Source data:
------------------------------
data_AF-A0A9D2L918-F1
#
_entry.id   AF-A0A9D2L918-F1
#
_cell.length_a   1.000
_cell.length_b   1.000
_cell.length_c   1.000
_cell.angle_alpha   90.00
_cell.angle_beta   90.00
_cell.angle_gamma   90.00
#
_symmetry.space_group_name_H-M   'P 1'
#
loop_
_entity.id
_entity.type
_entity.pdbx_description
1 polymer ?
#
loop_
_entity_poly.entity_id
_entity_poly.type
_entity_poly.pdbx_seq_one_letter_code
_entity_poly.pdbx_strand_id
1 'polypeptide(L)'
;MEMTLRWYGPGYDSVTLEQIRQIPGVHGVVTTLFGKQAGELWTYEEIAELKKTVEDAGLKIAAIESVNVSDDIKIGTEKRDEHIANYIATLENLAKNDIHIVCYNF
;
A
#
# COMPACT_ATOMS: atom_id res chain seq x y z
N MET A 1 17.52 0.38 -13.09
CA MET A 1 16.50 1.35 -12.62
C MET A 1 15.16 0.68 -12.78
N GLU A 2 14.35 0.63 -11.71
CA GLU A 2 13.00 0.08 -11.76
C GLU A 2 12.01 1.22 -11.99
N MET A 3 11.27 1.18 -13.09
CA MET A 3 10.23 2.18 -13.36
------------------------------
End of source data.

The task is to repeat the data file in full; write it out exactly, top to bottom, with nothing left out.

data_AF-A0A9D2L918-F1
#
_entry.id   AF-A0A9D2L918-F1
#
_cell.length_a   1.000
_cell.length_b   1.000
_cell.length_c   1.000
_cell.angle_alpha   90.00
_cell.angle_beta   90.00
_cell.angle_gamma   90.00
#
_symmetry.space_group_name_H-M   'P 1'
#
loop_
_entity.id
_entity.type
_entity.pdbx_description
1 polymer ?
#
loop_
_entity_poly.entity_id
_entity_poly.type
_entity_poly.pdbx_seq_one_letter_code
_entity_poly.pdbx_strand_id
1 'polypeptide(L)'
;MEMTLRWYGPGYDSVTLEQIRQIPGVHGVVTTLFGKQAGELWTYEEIAELKKTVEDAGLKIAAIESVNVSDDIKIGTEKRDEHIANYIATLENLAKNDIHIVCYNF
;
A
#
# COMPACT_ATOMS: atom_id res chain seq x y z
N MET A 1 17.52 0.38 -13.09
CA MET A 1 16.50 1.35 -12.62
C MET A 1 15.16 0.68 -12.78
N GLU A 2 14.35 0.63 -11.71
CA GLU A 2 13.00 0.08 -11.76
C GLU A 2 12.01 1.22 -11.99
N MET A 3 11.27 1.18 -13.09
CA MET A 3 10.23 2.18 -13.36